Difficult as my task was, it was made almost insupportably burdensome by the outspoken opposition of nearly every influential person in Wyandotte. Nevertheless the work progressed, so that on the return of Z. S. Durfee from England in September, 1862, I was enabled to show him the "converter" nearly complete, and was greatly pleased to hear him say that it "looked
Fig. 61. — Cross-section of the Casting-house at Wyandotte.
very like converters that he had seen abroad." In the winter of 1863-'63 the blowing engine was commenced, but owing to various interruptions it was not completed till the spring of 1864.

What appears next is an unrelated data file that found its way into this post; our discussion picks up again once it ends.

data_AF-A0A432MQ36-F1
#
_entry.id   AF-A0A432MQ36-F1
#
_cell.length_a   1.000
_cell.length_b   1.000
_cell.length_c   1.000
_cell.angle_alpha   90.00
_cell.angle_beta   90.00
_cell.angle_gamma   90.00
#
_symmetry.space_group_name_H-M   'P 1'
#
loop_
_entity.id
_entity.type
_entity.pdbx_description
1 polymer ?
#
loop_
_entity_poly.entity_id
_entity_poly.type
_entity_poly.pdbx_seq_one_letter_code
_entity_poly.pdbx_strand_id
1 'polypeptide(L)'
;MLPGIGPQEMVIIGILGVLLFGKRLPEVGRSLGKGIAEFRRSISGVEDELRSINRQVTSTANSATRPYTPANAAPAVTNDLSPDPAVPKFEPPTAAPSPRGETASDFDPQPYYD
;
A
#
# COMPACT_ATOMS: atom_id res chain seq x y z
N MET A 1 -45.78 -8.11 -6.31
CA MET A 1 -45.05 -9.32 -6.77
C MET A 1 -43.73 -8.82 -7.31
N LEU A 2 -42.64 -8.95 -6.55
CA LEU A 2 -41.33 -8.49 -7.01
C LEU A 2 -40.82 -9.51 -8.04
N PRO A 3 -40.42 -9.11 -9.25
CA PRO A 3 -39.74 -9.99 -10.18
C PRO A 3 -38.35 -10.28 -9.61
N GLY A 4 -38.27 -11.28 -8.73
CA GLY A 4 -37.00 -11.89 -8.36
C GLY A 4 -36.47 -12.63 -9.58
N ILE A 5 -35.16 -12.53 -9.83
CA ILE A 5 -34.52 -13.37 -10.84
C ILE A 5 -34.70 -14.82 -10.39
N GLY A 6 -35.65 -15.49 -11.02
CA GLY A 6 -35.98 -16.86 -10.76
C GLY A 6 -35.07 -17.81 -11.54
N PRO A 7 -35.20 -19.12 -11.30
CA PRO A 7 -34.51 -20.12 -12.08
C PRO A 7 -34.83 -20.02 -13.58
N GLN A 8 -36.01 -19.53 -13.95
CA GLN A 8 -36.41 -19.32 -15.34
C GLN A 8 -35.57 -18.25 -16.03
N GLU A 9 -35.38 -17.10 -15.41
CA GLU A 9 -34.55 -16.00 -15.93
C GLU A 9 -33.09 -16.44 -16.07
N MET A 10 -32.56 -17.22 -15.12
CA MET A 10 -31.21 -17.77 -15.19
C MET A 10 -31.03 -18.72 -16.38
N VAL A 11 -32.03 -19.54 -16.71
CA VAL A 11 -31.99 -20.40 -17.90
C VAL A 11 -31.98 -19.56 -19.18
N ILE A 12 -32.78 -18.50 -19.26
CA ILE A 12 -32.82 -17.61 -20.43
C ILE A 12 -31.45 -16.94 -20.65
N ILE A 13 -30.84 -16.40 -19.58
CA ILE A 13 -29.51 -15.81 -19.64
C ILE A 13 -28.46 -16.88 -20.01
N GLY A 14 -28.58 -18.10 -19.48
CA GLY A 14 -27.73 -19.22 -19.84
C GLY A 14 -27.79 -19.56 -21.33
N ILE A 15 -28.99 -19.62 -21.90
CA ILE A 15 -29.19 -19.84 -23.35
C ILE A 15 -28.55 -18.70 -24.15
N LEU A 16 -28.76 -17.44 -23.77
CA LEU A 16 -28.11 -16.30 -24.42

The plan (Fig. 60) shows the general features of the arrangement adopted, save that over the casting-pit was a single-track traveling-hoist for handling ingots and molds. This hoist was operated by a winch located at w, the space allotted me in the casting-house not permitting the use of a crane of ordinary form.
The reverberatory furnace for melting pig iron was not included in my original programme; but in the summer of 1864, before the first conversion was made, it was decided to erect it in order that we could experiment with a variety of brands of pig